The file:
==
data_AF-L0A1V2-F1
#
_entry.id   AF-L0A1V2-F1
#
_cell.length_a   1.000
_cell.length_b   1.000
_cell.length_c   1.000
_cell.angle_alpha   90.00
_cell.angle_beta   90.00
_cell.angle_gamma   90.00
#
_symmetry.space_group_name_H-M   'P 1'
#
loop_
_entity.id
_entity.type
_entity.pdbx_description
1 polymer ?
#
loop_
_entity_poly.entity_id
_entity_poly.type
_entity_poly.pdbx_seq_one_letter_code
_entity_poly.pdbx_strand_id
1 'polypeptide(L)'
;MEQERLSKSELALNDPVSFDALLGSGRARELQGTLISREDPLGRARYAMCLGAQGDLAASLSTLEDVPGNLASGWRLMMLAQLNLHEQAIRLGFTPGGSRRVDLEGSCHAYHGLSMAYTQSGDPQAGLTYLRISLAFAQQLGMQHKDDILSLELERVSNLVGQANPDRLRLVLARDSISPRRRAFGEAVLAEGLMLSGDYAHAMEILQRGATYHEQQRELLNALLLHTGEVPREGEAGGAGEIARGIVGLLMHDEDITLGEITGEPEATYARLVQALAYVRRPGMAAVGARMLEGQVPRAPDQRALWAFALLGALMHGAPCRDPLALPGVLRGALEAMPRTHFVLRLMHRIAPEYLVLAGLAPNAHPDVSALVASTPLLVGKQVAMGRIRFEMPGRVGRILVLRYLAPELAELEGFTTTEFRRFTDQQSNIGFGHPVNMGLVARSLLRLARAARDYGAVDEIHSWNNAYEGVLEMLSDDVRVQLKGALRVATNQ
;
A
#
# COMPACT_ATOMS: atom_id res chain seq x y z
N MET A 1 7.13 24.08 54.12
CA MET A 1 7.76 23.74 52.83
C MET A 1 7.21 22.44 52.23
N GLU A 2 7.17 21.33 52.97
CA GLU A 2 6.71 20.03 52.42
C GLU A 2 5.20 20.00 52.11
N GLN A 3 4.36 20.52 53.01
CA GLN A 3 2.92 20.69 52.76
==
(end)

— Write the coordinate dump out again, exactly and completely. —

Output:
data_AF-L0A1V2-F1
#
_entry.id   AF-L0A1V2-F1
#
_cell.length_a   1.000
_cell.length_b   1.000
_cell.length_c   1.000
_cell.angle_alpha   90.00
_cell.angle_beta   90.00
_cell.angle_gamma   90.00
#
_symmetry.space_group_name_H-M   'P 1'
#
loop_
_entity.id
_entity.type
_entity.pdbx_description
1 polymer ?
#
loop_
_entity_poly.entity_id
_entity_poly.type
_entity_poly.pdbx_seq_one_letter_code
_entity_poly.pdbx_strand_id
1 'polypeptide(L)'
;MEQERLSKSELALNDPVSFDALLGSGRARELQGTLISREDPLGRARYAMCLGAQGDLAASLSTLEDVPGNLASGWRLMMLAQLNLHEQAIRLGFTPGGSRRVDLEGSCHAYHGLSMAYTQSGDPQAGLTYLRISLAFAQQLGMQHKDDILSLELERVSNLVGQANPDRLRLVLARDSISPRRRAFGEAVLAEGLMLSGDYAHAMEILQRGATYHEQQRELLNALLLHTGEVPREGEAGGAGEIARGIVGLLMHDEDITLGEITGEPEATYARLVQALAYVRRPGMAAVGARMLEGQVPRAPDQRALWAFALLGALMHGAPCRDPLALPGVLRGALEAMPRTHFVLRLMHRIAPEYLVLAGLAPNAHPDVSALVASTPLLVGKQVAMGRIRFEMPGRVGRILVLRYLAPELAELEGFTTTEFRRFTDQQSNIGFGHPVNMGLVARSLLRLARAARDYGAVDEIHSWNNAYEGVLEMLSDDVRVQLKGALRVATNQ
;
A
#
# COMPACT_ATOMS: atom_id res chain seq x y z
N MET A 1 7.13 24.08 54.12
CA MET A 1 7.76 23.74 52.83
C MET A 1 7.21 22.44 52.23
N GLU A 2 7.17 21.33 52.97
CA GLU A 2 6.71 20.03 52.42
C GLU A 2 5.20 20.00 52.11
N GLN A 3 4.36 20.52 53.01
CA GLN A 3 2.92 20.69 52.76